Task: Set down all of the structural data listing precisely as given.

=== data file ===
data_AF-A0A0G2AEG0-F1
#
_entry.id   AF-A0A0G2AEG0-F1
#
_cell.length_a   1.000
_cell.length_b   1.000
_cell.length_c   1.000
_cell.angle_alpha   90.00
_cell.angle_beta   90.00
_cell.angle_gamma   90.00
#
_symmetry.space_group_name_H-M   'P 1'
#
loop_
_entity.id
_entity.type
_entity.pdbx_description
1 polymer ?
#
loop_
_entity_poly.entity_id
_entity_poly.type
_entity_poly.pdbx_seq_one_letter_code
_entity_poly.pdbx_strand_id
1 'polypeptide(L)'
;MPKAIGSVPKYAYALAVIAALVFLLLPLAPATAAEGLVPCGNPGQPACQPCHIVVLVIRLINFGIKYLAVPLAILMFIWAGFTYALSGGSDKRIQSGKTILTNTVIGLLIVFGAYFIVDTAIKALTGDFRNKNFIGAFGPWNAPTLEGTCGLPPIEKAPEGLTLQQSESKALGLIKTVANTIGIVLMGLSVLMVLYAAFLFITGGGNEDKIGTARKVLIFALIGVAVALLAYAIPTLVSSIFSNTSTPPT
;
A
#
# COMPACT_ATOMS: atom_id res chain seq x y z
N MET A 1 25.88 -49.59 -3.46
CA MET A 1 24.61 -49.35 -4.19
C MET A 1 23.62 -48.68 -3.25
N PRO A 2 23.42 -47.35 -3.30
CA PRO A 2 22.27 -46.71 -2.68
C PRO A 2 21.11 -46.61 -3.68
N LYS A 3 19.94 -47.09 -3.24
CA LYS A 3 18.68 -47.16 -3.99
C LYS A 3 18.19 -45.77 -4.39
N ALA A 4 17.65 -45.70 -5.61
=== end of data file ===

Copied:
data_AF-A0A0G2AEG0-F1
#
_entry.id   AF-A0A0G2AEG0-F1
#
_cell.length_a   1.000
_cell.length_b   1.000
_cell.length_c   1.000
_cell.angle_alpha   90.00
_cell.angle_beta   90.00
_cell.angle_gamma   90.00
#
_symmetry.space_group_name_H-M   'P 1'
#
loop_
_entity.id
_entity.type
_entity.pdbx_description
1 polymer ?
#
loop_
_entity_poly.entity_id
_entity_poly.type
_entity_poly.pdbx_seq_one_letter_code
_entity_poly.pdbx_strand_id
1 'polypeptide(L)'
;MPKAIGSVPKYAYALAVIAALVFLLLPLAPATAAEGLVPCGNPGQPACQPCHIVVLVIRLINFGIKYLAVPLAILMFIWAGFTYALSGGSDKRIQSGKTILTNTVIGLLIVFGAYFIVDTAIKALTGDFRNKNFIGAFGPWNAPTLEGTCGLPPIEKAPEGLTLQQSESKALGLIKTVANTIGIVLMGLSVLMVLYAAFLFITGGGNEDKIGTARKVLIFALIGVAVALLAYAIPTLVSSIFSNTSTPPT
;
A
#
# COMPACT_ATOMS: atom_id res chain seq x y z
N MET A 1 25.88 -49.59 -3.46
CA MET A 1 24.61 -49.35 -4.19
C MET A 1 23.62 -48.68 -3.25
N PRO A 2 23.42 -47.35 -3.30
CA PRO A 2 22.27 -46.71 -2.68
C PRO A 2 21.11 -46.61 -3.68
N LYS A 3 19.94 -47.09 -3.24
CA LYS A 3 18.68 -47.16 -3.99
C LYS A 3 18.19 -45.77 -4.39
N ALA A 4 17.65 -45.70 -5.61